The environment and the immune system in BiSC

As already explained in other news, environmental pollution is one of the largest risk factors for disease and premature death in the world today. Extensive scientific evidence from human and animal studies in the last decades has shown the significant role of such pollution in the appearance of cancer and respiratory, reproductive, cardiometabolic or neurodegenerative diseases, among others. Moreover, nowadays environmental pollutants (e.g., air pollution, pesticides, persistent organic pollutants, heavy metals) are in the spotlight, since in a relatively short period, 40-50 years, there has been a worldwide rapid increase in the prevalence of allergic diseases and other immune-related disorders, such as type 1 diabetes, autoimmune disorders or even early-onset cancer, that cannot be explained by genetic mutations. For instance, it is known that exposure to persistent organic pollutants and air pollution can increase the risk of suffering infections of the respiratory tract in infancy.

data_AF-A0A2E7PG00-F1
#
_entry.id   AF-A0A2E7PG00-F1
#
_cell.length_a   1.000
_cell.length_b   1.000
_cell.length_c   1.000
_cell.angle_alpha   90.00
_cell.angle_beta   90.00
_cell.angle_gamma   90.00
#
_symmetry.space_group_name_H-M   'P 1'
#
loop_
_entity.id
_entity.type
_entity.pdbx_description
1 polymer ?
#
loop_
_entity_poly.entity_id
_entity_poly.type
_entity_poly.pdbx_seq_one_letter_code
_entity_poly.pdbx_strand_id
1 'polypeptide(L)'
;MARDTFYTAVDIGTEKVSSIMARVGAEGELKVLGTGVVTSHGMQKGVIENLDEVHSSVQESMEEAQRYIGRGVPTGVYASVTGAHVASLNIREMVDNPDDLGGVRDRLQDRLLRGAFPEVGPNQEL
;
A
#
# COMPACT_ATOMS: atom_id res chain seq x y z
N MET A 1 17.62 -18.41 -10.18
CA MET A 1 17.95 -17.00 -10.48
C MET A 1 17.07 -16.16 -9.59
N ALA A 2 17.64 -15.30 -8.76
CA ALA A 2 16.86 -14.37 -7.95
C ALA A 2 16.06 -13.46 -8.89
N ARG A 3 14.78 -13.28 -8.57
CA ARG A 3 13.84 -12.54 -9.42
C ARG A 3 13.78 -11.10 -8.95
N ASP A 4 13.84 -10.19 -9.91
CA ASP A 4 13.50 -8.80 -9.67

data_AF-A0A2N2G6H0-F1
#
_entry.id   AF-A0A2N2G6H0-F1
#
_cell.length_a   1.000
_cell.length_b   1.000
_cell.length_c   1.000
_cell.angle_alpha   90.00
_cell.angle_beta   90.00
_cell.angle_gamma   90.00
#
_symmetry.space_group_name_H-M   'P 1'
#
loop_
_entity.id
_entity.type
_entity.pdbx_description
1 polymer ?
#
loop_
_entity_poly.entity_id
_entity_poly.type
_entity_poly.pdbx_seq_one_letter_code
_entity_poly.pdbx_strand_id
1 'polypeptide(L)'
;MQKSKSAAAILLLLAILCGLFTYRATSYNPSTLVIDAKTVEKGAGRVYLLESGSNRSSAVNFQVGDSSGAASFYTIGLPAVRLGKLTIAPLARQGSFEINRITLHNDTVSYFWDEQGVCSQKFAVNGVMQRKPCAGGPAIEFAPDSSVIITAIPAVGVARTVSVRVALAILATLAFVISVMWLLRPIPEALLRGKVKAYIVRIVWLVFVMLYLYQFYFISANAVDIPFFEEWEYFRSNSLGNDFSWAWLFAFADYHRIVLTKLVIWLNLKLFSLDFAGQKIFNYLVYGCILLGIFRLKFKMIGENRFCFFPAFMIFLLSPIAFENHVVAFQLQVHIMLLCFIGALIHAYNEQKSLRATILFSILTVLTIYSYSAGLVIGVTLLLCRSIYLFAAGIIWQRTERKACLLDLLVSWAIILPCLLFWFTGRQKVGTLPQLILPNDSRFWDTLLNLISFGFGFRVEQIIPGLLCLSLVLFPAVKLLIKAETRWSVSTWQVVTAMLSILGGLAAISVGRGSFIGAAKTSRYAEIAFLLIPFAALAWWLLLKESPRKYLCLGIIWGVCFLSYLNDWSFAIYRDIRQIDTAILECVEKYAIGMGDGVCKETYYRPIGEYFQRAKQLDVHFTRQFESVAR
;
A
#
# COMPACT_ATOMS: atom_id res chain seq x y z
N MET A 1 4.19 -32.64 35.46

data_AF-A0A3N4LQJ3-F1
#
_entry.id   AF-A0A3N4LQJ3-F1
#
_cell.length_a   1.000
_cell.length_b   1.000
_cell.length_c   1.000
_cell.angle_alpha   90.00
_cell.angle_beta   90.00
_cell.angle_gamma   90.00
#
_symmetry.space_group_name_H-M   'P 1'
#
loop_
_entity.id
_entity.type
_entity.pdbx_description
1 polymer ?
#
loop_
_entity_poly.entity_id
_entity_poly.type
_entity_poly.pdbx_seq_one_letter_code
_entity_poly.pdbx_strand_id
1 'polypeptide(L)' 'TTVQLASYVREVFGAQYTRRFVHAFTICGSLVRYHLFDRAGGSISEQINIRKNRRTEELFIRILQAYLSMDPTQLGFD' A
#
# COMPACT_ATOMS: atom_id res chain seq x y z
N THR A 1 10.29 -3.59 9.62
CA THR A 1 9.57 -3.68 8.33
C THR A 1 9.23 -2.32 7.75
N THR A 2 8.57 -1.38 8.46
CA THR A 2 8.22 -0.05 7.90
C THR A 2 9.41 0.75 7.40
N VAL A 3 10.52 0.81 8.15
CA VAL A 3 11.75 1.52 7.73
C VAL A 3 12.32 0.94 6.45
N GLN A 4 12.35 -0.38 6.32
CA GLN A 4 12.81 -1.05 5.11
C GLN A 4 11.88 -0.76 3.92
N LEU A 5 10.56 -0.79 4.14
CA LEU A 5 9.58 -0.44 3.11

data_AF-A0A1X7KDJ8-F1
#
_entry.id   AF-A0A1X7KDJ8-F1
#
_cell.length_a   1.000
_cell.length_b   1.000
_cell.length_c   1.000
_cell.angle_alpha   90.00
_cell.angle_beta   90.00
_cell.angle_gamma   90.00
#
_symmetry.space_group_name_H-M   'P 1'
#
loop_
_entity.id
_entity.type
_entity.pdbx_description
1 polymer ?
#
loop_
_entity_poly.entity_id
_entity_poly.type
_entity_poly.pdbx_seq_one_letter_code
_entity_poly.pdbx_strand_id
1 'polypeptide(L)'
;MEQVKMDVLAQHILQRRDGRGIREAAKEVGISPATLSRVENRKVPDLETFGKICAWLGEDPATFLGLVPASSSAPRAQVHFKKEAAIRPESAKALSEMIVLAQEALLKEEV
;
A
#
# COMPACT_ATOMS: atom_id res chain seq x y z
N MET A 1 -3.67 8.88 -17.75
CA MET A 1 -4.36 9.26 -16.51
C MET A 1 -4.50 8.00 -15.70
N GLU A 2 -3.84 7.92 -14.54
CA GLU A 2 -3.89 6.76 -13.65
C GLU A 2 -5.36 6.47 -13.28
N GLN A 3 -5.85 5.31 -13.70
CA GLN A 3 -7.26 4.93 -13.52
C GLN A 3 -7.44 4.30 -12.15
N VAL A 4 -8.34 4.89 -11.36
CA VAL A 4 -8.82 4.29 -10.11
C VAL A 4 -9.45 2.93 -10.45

This is why in BiSC we are interested in the field of Environmental immunology, a relatively new and vital area of investigation that provides innovation at the intersection of immunology and the environment in which we live. The main function of the immune system is to identify and to protect against infections or other potentially damaging foreign bodies or agents (e.g. xenobiotics). Thus, understanding how anthropogenic toxicants affect the development, maintenance and function of the immune system is critical for achieving optimal human health. In BiSC project we aim to identify which and how environmental pollutants play a major role in the development of immune-related diseases from early in life. Soon we will be able to provide more information on how we plan to conduct our studies in the field of environmental immunology, but one of the advantages of BiSC is that thanks to the contributions of the BiSC families, we have detailed information on a diversity of a number of exposures during pregnancy and the first months of life, including air pollution or endocrine disruptors. Therefore, we have very detailed information on potential harmful exposures. Stay tunned!

This post has been written by Mireia Gascon, researcher of the BiSC Project.